The European Commission will ask Italy on Wednesday to explain what factors contributed to the deterioration of its public finances as the EU executive prepares a report that is likely to be the basis of disciplinary action against Rome,ONA reports citing Reuters.
The Commission’s request, in the form of a letter to Italy’s finance minister Giovanni Tria, is a legal obligation under EU law when a country has a public debt above the EU ceiling of 60% of gross domestic product and is not reducing it as required.
Italy’s debt rose from 131.4% of GDP in 2017 to 132.2% in 2018 and will go up to 133.7% this year and to 135.2% in 2020, according to Commission forecasts.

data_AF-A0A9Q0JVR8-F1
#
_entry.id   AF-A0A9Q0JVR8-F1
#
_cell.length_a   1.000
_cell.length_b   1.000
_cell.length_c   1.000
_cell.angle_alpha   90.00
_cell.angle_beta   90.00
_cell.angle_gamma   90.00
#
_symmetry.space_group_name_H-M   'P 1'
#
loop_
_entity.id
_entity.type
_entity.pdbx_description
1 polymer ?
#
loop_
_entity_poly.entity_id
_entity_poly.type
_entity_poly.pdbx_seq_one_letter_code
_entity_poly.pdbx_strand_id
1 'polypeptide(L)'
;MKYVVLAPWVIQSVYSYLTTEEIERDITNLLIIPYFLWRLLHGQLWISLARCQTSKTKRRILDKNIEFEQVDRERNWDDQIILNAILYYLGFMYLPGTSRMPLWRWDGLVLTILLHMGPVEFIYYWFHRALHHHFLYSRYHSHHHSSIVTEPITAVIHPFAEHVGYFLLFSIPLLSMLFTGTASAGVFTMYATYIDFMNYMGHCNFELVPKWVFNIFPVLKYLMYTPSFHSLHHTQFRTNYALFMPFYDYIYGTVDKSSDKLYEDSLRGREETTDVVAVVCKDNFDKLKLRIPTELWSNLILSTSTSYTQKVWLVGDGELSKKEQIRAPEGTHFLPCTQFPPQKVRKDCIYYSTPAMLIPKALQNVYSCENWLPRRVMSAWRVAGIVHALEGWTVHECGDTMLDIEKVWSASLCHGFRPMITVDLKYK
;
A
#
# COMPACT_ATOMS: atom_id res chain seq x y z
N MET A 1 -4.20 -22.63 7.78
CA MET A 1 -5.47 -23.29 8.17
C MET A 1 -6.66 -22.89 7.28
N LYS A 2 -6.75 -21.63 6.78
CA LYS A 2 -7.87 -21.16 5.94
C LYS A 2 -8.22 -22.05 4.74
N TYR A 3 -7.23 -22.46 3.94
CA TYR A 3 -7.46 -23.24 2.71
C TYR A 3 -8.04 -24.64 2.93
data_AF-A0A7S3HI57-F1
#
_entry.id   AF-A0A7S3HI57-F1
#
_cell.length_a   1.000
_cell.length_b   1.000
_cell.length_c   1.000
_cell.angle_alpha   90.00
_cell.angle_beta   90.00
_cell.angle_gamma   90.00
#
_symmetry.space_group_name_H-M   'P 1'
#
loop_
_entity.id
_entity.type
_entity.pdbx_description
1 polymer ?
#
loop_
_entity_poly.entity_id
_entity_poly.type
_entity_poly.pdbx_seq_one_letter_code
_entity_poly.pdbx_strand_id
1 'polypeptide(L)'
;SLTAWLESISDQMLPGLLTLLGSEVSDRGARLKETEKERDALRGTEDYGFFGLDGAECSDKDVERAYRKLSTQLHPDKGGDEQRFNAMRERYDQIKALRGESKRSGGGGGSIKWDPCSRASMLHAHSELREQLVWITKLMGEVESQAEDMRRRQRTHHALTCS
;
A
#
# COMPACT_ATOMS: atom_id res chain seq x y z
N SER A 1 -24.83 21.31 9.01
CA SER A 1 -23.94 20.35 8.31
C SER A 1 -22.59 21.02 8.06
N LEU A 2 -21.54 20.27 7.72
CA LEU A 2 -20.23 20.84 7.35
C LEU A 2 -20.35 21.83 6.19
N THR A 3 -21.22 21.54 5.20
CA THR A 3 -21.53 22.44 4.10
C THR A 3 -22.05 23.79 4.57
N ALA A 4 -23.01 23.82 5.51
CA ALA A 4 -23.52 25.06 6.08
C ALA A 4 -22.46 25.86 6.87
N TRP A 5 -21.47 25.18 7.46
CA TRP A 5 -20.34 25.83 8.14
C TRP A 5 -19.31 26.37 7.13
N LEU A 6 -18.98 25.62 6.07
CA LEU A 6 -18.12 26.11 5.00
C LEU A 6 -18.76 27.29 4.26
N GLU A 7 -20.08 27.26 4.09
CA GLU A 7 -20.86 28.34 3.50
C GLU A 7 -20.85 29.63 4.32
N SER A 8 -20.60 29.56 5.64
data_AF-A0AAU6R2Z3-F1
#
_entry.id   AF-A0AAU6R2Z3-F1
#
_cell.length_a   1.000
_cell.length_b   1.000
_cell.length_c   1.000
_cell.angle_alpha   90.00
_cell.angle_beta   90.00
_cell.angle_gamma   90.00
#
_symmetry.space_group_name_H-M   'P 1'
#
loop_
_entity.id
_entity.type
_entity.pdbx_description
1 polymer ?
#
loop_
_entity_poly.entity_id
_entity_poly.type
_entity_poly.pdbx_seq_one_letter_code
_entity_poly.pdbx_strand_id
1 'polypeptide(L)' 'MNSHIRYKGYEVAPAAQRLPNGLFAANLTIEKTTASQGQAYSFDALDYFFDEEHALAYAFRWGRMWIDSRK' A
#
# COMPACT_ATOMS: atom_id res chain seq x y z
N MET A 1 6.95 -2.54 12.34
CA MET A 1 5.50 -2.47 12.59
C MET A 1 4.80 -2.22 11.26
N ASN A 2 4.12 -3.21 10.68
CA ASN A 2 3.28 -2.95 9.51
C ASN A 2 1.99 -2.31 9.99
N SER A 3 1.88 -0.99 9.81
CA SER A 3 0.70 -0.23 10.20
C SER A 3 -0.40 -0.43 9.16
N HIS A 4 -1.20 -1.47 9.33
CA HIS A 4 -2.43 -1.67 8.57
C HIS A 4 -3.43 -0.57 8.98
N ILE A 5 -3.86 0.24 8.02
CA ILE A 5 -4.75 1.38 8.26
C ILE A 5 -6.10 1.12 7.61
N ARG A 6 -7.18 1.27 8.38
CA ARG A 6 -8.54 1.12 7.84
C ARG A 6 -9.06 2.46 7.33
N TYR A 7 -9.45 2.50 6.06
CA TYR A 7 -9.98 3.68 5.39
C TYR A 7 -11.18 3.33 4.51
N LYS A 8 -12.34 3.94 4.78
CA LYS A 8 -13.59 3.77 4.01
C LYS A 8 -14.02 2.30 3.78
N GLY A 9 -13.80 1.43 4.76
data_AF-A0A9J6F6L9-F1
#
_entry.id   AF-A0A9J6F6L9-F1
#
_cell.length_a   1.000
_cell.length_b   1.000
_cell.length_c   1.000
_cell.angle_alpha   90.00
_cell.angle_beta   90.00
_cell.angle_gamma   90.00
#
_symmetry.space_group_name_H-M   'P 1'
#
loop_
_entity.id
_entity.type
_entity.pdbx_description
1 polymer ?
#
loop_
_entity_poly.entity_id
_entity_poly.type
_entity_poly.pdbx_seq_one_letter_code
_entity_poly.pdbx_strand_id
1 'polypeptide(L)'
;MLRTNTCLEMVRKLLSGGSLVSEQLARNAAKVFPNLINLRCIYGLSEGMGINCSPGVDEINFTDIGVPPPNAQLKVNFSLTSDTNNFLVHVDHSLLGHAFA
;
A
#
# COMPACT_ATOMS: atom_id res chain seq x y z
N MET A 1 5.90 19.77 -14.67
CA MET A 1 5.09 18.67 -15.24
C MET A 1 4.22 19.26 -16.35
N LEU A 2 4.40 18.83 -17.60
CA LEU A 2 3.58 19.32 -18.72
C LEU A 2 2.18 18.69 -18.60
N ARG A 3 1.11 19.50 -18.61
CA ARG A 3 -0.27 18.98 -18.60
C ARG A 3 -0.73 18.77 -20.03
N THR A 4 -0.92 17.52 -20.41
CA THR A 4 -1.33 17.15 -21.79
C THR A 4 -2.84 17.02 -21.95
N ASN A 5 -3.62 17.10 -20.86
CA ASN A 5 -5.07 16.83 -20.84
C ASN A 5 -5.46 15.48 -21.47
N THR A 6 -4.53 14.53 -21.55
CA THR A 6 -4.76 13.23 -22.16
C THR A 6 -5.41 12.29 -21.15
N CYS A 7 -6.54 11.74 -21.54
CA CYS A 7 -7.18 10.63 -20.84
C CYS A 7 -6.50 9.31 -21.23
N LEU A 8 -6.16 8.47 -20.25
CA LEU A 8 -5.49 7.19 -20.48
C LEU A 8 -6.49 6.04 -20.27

To make matters worse, Italy’s structural deficit, which under EU law should shrink by 0.6% of GDP a year until it is in balance, has instead been rising every year since 2015.
The structural deficit, which excludes one-off revenue and spending and the effects of the business cycle, is set to reach 2.4% of GDP this year and 3.6% in 2020 unless policies change.
“The letter to Italy will be sent in the afternoon after the meeting of the college of commissioners,” one EU official said.